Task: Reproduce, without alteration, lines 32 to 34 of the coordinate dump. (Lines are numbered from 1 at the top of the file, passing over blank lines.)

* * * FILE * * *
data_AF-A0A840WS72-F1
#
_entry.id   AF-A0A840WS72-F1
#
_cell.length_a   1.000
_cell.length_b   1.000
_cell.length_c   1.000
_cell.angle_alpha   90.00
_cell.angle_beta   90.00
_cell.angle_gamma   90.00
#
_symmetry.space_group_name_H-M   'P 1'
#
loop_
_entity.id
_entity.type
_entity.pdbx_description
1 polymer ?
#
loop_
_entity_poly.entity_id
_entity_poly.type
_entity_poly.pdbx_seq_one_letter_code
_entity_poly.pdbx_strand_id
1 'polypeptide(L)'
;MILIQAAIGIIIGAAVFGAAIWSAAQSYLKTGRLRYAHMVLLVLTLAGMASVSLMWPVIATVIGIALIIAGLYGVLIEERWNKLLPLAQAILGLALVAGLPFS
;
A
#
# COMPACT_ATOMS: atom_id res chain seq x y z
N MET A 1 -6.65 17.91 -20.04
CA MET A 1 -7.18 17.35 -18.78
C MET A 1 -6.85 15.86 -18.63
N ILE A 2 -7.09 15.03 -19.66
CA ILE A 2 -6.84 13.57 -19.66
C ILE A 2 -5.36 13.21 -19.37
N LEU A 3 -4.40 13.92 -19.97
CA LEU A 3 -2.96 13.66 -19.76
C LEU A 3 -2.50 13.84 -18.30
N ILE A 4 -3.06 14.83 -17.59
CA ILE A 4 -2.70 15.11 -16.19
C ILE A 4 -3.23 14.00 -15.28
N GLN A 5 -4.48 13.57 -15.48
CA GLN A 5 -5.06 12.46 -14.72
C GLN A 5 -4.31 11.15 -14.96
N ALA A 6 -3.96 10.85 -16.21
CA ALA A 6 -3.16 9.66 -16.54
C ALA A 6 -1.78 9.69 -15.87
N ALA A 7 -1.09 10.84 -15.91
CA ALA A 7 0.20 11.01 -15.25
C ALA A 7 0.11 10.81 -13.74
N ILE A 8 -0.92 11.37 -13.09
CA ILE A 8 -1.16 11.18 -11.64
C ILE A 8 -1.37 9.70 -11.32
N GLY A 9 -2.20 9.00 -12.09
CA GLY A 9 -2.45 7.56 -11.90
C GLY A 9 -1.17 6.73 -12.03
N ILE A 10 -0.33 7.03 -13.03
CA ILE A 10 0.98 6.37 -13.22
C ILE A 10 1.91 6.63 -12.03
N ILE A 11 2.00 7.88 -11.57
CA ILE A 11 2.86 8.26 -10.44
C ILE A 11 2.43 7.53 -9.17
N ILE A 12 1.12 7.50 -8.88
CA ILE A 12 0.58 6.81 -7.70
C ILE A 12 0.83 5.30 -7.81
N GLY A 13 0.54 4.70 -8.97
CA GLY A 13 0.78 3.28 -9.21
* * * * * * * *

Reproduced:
CA MET A 1 -7.18 17.35 -18.78
C MET A 1 -6.85 15.86 -18.63
N ILE A 2 -7.09 15.03 -19.66